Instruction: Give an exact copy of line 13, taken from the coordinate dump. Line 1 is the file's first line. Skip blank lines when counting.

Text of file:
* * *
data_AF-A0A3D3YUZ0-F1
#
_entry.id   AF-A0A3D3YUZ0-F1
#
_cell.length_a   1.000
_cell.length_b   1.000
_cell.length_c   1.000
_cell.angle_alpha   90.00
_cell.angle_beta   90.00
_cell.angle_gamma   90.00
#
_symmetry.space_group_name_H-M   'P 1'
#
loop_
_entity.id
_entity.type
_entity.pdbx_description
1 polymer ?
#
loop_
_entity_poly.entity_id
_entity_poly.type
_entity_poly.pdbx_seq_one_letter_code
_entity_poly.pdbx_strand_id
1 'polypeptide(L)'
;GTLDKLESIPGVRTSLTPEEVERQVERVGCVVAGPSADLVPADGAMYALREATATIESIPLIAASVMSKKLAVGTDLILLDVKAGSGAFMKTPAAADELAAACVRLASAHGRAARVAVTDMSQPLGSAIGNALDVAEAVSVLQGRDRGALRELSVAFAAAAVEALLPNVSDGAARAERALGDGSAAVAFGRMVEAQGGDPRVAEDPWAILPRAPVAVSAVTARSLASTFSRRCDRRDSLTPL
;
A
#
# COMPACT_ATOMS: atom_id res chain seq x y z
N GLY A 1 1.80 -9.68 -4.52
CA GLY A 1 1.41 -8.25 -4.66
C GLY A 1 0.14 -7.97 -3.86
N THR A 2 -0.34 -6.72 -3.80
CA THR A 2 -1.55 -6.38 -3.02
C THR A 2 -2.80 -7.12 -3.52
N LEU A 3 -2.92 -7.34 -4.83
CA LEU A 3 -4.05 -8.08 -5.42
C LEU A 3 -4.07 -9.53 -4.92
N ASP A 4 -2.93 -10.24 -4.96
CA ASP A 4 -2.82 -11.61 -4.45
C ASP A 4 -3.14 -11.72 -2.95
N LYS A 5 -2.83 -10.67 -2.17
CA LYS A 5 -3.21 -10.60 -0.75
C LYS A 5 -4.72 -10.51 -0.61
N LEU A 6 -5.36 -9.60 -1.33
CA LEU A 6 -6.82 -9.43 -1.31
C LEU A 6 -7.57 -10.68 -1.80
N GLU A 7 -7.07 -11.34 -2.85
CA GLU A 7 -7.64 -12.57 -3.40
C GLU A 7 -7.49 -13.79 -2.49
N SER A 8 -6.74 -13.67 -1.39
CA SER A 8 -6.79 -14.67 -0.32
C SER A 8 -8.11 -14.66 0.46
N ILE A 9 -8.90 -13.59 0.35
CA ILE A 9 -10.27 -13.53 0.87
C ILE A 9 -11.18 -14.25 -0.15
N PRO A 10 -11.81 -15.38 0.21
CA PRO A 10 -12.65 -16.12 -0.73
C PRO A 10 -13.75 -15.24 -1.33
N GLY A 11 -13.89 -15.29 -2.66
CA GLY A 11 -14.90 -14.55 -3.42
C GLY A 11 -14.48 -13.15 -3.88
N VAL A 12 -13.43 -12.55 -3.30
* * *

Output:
#